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Compensation for long power cuts; Dilliwallahs say it’s a great move!

Delhiites can rejoice, as a new policy is set to make power companies accountable for annoying outages and make them pay for failing to fix issues within an hour.

delhi Updated: Apr 25, 2018 13:51 IST
Aditya Dogra
Aditya Dogra
Hindustan Times
Powercuts,Delhi Government,Compensation
A new policy is set to make power companies accountable for annoying outages and make them pay for failing to fix issues within an hour(Getty Images/iStockphoto)

The infamous Dilli ki garmi has begun, and with it comes the horror of extended power cuts. However, fret not, Dilliwalahs, as you would be compensated for those long unscheduled outages, starting this summer. The Delhi government’s long-debated policy to compensate consumers for power cuts has finally been cleared. The first-of-its-kind policy has been touted as “a revolutionary and very innovative” decision that would make power distribution companies accountable to the public for the discomfort.

The policy requires power distribution companies to fix any problem within 60 minutes. If that doesn’t work out, they would have to pay a penalty of ₹50 per hour (for the first two hours) to every consumer who files a claim, and a penalty of ₹100 per hour after the first two hours. All Delhiites need to do is log their complaints with the corresponding company in their area as soon as the power supply is disrupted, via a text message to the designated phone number, email, phone app or a website, along with their basic details. All messages will be acknowledged, and the company shall automatically credit the penalty into the account of the consumers without any hassle (after the permissible time limit). This would in turn be adjusted in the consumer’s monthly bill. Cool, right? We asked a few Delhiites what they think about this new policy, and this is what they had to say.

I THINK IT’S A GREAT IDEA!

Anhad Singh Anand, 27, Actor

“I think it’s a great idea! These power cuts have a greater negative influence on people’s lives than one would imagine, and it’s not just restricted to monetary loss. If such a deal for refund does actualise, the average consumer, who feels much aggrieved with the standard of life being provided by those running the country, would definitely take this as a positive statement of intent.” — Anhad Singh Anand, 27, Actor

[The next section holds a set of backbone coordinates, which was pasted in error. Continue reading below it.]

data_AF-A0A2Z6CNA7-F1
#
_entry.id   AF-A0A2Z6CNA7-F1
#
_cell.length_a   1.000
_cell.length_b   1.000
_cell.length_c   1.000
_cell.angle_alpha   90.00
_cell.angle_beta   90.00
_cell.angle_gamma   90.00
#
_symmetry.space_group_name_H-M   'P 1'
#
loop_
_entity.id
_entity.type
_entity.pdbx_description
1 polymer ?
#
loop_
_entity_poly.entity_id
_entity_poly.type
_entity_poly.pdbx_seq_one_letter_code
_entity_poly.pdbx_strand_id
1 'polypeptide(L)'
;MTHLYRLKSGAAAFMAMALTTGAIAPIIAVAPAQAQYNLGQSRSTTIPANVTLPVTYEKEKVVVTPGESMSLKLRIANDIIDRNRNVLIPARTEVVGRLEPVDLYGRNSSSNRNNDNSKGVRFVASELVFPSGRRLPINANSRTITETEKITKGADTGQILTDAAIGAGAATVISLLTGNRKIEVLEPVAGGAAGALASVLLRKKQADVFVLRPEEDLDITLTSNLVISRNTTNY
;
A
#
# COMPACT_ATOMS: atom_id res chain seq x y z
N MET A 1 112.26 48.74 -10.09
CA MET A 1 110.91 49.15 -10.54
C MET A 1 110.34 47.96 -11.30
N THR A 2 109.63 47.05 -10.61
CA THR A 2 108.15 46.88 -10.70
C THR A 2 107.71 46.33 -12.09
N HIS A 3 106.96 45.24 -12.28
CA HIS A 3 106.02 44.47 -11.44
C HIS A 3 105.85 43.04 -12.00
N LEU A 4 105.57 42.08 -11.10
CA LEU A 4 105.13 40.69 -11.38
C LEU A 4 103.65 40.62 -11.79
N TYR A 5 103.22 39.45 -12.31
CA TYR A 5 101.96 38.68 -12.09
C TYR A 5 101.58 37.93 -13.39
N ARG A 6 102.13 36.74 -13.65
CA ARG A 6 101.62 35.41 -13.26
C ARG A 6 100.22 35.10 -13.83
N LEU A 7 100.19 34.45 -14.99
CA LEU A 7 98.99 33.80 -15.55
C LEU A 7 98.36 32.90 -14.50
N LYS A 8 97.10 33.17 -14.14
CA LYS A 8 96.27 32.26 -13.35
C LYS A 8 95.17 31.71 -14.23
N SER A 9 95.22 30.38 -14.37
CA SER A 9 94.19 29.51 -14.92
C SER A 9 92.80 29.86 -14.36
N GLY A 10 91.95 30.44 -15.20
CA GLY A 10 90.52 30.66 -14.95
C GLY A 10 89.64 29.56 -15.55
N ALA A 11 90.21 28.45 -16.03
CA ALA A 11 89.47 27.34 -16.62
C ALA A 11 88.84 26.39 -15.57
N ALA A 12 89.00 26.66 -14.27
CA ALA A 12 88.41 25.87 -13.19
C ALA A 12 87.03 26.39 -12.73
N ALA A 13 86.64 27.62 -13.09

I HOPE THERE IS NO CATCH IN THIS POLICY

Vineet Sehrawat, 27, Entrepreneur

“Power outages are a complete nuisance, and such a policy would ensure that people, at least, get something in return for the discomfort caused. I just hope that this actually materialises and doesn’t have any catch in it.” — Vineet Sehrawat, 27, Entrepreneur

I DON’T SEE A POINT IN THIS

Somya Gehlot, 28, Model

“Sure, this move sounds like a great idea, but I see no real point in this. Does any other service give us compensation for errors that they haven’t introduced themselves? Then why should power companies? I think they should instead have alloted a budget so such cuts don’t happen in the first place.” — Somya Gehlot, 28, Model

FINALLY, SOMEONE THOUGHT OF US

Kunal Dhawan, 28, Aviation Professional

“These days, most policies work more for the companies or organisations involved, and not often do they really benefit the common man. I am glad that, finally, someone thought of us. Let’s wait and watch now; time will tell how much this really works.” — Kunal Dhawan, 28, Aviation Professional

THIS IS HOW A SERVICE IS SUPPOSED TO WORK

Apoorva Dangi, 26, Teacher

“These companies provide us a service, something that we pay for, and if we face any discrepancies on their behalf, we deserve compensation. This is how a service is supposed to work in its truest form. I appreciate this move and hope it helps us all.” — Apoorva Dangi, 26, Teacher

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First Published: Apr 25, 2018 13:47 IST